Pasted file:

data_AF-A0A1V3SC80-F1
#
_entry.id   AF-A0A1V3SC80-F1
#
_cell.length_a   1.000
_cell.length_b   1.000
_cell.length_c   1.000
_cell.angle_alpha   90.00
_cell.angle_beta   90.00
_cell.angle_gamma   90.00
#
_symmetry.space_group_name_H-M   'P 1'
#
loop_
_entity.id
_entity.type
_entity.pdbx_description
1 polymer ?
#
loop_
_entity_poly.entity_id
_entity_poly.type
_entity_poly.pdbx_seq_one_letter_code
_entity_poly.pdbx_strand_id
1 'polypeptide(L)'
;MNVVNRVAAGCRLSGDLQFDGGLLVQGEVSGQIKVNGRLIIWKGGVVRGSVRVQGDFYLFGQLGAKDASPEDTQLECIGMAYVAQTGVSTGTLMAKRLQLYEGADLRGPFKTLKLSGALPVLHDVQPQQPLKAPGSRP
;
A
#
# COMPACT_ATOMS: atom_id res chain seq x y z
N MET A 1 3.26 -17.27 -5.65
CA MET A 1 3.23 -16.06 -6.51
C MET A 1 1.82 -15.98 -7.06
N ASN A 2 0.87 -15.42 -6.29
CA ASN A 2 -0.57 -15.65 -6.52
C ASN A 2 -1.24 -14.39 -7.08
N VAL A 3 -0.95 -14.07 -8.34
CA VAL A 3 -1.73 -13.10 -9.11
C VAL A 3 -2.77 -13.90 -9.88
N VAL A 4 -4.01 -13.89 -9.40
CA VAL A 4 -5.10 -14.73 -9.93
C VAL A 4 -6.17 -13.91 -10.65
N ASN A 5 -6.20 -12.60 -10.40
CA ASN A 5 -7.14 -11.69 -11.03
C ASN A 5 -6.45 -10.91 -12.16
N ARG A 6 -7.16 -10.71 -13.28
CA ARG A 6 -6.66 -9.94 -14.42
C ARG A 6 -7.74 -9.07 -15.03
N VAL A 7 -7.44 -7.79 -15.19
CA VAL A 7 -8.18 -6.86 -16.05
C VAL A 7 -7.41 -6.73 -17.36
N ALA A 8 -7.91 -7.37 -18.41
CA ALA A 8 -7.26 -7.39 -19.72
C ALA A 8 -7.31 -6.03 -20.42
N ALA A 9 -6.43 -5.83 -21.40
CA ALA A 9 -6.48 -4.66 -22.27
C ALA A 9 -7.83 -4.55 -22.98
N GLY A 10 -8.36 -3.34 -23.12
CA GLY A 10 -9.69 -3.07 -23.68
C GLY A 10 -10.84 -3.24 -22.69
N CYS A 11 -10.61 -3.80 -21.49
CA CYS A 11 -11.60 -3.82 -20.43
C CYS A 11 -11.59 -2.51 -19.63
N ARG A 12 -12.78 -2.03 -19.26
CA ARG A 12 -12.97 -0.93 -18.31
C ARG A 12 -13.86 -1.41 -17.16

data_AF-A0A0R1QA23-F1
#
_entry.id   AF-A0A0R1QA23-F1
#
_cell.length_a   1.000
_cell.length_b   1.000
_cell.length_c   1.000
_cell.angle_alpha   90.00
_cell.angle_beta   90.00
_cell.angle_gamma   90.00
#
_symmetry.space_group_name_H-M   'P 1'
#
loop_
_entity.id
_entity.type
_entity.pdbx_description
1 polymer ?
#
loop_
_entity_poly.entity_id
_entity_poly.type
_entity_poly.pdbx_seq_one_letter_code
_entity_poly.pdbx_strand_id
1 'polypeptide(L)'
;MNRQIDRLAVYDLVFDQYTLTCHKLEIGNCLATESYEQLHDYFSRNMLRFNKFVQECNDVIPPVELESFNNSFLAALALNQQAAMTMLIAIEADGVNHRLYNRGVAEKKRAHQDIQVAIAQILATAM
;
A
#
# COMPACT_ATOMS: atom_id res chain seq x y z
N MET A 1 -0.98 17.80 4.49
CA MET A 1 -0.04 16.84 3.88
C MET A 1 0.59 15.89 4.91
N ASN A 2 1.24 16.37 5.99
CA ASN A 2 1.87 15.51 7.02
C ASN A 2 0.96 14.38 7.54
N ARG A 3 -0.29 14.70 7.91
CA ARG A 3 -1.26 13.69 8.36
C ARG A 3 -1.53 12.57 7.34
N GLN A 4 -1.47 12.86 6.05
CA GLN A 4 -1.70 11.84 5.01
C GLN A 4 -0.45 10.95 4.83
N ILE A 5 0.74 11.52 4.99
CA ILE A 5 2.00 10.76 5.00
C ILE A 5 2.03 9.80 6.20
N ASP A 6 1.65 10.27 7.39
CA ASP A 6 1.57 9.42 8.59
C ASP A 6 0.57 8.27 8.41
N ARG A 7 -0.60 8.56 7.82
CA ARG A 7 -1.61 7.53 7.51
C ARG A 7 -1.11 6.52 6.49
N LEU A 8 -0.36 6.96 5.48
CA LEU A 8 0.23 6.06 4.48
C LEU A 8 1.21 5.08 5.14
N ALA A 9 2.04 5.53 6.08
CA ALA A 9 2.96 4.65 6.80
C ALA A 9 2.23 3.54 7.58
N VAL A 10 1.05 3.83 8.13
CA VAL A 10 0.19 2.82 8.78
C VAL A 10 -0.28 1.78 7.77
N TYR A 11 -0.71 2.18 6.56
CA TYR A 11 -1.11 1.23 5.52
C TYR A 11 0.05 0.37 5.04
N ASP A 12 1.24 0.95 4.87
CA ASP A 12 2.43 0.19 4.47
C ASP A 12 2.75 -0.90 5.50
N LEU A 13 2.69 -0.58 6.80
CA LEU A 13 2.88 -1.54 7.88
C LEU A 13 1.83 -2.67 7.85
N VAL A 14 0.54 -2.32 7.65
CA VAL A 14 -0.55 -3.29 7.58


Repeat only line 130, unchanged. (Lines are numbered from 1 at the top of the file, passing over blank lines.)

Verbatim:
N ASP A 12 1.24 0.95 4.87